With funds from the New York Landmarks Conservancy, coupled with matching funds from the museum’s art auction and the extraordinary help of the Noble Crew under the supervision of craftsman Roger Sherry, we ground down and painted the exterior casements, removed the paint from the interior casements, and removed the windows. Sherry then brought them to his studio in Virginia to restore them. As expected, the window frames and the old-growth heart-pine interior casements and sills had withstood salt air since 1883. Most of the glass is intact, and some panes have a faint pattern of light-blue pitting. The copper slides, the tracks the windows travel up and down in, and original pins that hold the windows open that we carefully retrieved are testaments to 19th century craftsmen.

The light that fills the kitchen, sitting room, and Kate’s bedroom is amplified by the walls and ceilings, which we scraped and painted white. Kate said she had to keep the place “bright with paint,” and we will too. We also removed the interior doors and stripped them. (Try doing that in a place with no running water). Under the many layers of paint dating back to Kate’s time we found heart pine and oak.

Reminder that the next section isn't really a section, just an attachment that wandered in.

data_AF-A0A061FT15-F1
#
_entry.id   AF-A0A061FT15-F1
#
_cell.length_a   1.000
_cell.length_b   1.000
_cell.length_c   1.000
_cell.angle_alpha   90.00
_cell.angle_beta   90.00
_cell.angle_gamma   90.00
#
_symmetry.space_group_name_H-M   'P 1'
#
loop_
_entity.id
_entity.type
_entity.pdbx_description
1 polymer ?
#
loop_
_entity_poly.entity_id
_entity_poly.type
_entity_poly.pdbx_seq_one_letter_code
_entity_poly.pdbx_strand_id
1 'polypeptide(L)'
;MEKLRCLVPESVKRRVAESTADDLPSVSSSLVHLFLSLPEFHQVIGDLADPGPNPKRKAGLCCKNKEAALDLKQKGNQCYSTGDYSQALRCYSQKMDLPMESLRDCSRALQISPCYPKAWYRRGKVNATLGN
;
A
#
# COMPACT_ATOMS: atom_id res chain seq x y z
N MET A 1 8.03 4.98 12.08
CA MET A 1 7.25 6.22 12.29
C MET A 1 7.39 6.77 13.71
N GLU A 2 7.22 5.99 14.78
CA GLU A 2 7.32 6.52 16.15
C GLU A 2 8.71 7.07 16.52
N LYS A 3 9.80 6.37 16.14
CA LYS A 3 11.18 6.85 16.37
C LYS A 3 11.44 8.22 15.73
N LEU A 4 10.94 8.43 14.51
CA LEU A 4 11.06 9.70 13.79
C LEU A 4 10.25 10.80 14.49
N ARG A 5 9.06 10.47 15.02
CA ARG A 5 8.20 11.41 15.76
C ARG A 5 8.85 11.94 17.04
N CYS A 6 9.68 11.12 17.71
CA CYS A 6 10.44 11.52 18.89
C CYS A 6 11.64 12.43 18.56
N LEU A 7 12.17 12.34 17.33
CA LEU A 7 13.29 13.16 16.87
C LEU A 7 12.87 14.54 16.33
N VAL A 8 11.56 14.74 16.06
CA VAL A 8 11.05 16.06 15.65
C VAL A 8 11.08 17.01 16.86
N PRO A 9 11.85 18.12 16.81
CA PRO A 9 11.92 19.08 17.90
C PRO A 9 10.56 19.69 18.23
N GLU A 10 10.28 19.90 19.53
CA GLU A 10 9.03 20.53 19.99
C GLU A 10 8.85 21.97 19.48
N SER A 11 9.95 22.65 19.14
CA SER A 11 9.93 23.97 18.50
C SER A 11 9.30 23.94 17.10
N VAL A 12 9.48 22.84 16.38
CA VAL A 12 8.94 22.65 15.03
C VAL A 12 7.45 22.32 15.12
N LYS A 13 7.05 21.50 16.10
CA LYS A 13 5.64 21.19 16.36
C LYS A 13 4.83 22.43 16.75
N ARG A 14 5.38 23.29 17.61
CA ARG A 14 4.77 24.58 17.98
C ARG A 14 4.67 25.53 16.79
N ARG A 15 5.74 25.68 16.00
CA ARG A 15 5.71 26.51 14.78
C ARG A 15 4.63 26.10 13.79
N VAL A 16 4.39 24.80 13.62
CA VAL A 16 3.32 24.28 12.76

We are so grateful to Crew members Gerry Barton, Andrew Blancero, Cooper, Laura Kennedy, Greg Orlando, Peter Patron, Barbara Pezzengrilli, Tim Pouch, Annie Rech, Nan Smith, Chris Steffins, Damon Urban, and Lisa and Peter Yuschak—and to our trustees Brian De Forest, Kevin Mahoney, Eileen Montanez, and Sam Turvey. They endured some mighty dirty weather!


Lighthouse Log Book is a series of stream of consciousness writings by Executive Director Erin Urban after each Crew date at Robbins Reef.  It’s informal and meant to impart a sense of the energy of the volunteers and the work they accomplish in regular seven-hour workdays to Robbins Reef Lighthouse.